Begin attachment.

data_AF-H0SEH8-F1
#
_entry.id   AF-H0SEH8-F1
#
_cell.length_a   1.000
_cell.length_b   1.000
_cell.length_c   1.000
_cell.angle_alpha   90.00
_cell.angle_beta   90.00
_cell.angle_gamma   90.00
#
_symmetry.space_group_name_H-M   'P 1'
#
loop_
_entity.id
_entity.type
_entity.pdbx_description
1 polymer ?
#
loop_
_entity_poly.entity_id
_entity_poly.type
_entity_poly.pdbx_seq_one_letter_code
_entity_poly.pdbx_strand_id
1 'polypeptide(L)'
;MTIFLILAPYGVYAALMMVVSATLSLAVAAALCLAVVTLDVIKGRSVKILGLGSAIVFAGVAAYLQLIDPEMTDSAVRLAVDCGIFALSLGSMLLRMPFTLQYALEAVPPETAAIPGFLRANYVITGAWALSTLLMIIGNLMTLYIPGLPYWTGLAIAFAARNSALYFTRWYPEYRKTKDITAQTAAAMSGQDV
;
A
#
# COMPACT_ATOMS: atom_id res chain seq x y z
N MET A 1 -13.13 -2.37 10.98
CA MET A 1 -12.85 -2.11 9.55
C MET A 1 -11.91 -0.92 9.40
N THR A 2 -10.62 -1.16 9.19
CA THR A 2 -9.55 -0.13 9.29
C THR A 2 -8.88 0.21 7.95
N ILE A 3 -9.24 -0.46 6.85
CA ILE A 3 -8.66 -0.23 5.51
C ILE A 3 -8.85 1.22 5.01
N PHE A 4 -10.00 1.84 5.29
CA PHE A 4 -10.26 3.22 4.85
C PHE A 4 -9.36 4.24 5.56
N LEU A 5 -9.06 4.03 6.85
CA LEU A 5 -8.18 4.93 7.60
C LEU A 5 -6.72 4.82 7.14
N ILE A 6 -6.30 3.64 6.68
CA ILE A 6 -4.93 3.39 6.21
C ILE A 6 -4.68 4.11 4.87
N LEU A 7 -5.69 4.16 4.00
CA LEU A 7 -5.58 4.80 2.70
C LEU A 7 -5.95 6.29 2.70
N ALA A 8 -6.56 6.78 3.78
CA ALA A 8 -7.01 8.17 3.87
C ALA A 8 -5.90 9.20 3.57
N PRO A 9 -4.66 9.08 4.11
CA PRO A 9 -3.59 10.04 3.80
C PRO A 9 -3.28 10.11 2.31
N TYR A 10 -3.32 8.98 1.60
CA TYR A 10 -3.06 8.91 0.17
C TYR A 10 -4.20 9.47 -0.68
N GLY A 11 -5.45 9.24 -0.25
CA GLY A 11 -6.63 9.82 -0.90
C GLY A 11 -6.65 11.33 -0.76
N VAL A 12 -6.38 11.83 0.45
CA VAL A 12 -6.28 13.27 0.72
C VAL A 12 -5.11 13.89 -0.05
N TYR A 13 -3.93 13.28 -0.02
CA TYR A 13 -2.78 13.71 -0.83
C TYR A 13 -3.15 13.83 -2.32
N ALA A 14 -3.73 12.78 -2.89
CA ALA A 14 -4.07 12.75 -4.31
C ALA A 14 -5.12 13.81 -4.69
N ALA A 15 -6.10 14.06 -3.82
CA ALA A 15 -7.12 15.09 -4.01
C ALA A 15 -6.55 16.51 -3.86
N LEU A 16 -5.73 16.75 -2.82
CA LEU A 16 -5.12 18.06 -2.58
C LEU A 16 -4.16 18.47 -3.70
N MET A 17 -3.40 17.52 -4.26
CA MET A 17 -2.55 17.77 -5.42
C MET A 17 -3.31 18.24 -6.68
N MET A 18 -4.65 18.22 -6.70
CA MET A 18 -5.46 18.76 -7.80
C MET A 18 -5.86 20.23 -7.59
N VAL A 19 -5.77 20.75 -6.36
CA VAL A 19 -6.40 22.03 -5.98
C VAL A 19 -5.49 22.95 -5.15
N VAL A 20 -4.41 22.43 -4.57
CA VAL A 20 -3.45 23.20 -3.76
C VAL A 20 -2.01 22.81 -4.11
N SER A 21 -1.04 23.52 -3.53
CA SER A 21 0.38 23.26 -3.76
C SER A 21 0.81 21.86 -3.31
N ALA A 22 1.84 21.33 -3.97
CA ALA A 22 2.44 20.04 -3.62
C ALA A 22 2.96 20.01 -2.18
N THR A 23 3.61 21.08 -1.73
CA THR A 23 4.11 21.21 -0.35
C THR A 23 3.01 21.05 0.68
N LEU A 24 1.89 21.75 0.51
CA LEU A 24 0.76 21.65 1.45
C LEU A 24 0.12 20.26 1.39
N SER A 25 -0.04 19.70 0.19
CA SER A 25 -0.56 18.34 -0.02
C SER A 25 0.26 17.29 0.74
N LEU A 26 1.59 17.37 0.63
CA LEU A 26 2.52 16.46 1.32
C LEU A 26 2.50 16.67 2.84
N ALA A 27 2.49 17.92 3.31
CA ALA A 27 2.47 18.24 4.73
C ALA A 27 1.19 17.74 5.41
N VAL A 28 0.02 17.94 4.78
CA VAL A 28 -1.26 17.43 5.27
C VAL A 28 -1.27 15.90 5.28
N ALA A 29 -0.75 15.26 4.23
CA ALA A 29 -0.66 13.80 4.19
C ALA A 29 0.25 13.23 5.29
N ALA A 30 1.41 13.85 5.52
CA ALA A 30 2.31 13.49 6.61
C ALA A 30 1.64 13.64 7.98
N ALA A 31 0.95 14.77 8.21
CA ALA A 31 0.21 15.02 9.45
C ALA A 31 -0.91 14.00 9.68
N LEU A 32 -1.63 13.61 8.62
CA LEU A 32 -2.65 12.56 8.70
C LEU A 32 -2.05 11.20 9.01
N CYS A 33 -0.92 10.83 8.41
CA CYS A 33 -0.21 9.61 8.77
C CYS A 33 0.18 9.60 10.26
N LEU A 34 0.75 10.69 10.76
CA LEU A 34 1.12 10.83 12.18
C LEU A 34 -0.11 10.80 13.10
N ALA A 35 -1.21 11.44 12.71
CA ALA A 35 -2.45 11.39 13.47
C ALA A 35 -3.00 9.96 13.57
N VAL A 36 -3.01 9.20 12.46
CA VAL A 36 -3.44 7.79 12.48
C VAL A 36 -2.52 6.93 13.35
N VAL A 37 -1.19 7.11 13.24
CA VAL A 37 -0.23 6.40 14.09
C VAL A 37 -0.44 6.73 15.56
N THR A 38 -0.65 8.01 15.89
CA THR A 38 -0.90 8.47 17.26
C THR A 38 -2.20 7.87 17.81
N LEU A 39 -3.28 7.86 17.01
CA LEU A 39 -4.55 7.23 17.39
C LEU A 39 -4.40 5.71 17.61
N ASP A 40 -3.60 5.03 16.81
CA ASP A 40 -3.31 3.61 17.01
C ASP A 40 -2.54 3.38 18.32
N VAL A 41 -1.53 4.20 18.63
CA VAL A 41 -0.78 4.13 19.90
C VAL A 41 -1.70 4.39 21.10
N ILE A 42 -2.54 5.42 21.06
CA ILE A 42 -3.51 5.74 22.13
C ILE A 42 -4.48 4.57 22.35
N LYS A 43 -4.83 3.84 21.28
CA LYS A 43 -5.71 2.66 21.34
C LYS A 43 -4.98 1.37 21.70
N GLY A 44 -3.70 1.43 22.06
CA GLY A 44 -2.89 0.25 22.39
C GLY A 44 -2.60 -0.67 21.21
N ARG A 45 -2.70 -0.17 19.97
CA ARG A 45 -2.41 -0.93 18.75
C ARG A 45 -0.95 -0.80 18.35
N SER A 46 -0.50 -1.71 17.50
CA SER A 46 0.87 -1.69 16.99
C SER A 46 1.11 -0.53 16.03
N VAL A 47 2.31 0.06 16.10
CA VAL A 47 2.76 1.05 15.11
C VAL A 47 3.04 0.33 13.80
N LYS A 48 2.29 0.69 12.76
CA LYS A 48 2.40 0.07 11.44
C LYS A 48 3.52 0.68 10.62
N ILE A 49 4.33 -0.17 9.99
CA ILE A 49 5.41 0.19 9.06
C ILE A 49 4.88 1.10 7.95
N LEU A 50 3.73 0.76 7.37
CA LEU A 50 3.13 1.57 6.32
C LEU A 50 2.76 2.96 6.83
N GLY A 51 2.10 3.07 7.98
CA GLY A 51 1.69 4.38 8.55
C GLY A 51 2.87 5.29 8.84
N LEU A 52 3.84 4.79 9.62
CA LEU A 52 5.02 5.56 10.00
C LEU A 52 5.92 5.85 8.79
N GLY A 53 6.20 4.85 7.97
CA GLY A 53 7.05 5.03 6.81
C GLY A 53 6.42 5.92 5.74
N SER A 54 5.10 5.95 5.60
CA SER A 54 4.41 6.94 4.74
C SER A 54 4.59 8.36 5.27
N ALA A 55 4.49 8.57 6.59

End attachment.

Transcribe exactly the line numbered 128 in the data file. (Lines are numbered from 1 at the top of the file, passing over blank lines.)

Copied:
CA CYS A 33 -0.21 9.61 8.77